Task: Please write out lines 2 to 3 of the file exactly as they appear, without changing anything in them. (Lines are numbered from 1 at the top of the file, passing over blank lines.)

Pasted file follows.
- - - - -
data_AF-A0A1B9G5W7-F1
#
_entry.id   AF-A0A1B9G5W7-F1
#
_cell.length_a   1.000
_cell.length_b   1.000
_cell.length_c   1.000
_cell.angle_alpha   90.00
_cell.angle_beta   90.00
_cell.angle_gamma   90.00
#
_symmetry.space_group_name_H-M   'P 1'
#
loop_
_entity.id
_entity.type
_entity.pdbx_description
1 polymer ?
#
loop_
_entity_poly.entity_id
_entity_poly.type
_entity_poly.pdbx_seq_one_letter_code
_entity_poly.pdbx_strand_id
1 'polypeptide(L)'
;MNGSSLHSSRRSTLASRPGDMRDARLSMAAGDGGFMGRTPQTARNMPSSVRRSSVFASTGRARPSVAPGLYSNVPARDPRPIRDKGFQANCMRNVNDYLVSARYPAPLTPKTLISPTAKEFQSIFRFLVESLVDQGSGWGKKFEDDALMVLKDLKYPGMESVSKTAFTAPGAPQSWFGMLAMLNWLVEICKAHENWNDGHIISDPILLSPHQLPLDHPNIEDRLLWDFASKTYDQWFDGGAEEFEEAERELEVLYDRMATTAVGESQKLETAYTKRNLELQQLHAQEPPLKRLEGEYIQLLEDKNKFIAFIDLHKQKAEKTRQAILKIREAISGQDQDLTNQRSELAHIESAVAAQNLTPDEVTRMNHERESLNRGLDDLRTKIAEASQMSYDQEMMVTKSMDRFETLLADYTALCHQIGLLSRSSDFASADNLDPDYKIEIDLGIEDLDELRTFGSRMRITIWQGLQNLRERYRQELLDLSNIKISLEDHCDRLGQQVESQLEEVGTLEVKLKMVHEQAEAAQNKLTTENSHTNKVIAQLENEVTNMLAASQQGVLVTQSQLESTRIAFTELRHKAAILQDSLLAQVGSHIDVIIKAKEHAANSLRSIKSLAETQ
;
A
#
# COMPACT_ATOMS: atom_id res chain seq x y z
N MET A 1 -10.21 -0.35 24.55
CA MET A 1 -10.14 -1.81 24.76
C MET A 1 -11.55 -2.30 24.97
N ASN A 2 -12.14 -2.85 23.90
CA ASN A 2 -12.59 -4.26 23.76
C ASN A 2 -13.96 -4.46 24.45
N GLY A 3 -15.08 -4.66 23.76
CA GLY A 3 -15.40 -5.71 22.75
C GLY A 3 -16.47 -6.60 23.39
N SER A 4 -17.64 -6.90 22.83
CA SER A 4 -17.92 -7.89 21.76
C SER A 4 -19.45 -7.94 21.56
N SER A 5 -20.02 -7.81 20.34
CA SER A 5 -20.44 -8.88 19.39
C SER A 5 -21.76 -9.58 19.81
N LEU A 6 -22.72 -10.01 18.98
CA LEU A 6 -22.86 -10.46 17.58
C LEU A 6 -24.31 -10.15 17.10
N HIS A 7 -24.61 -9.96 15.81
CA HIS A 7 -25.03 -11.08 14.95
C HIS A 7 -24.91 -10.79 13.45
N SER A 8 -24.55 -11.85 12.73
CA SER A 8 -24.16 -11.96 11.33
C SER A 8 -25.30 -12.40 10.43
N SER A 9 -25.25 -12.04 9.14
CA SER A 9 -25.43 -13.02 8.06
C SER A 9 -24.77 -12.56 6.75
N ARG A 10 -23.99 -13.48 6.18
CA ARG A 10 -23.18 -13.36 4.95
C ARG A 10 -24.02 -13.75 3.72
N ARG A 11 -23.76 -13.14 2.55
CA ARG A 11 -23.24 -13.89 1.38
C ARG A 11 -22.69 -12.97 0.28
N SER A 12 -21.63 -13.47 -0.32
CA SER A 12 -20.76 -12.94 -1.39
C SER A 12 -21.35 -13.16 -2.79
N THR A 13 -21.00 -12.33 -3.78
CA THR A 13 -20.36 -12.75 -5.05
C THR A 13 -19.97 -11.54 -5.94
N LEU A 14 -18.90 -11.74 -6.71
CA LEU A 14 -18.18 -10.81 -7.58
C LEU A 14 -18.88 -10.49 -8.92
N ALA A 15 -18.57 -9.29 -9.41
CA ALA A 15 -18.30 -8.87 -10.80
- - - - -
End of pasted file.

#
_entry.id   AF-A0A1B9G5W7-F1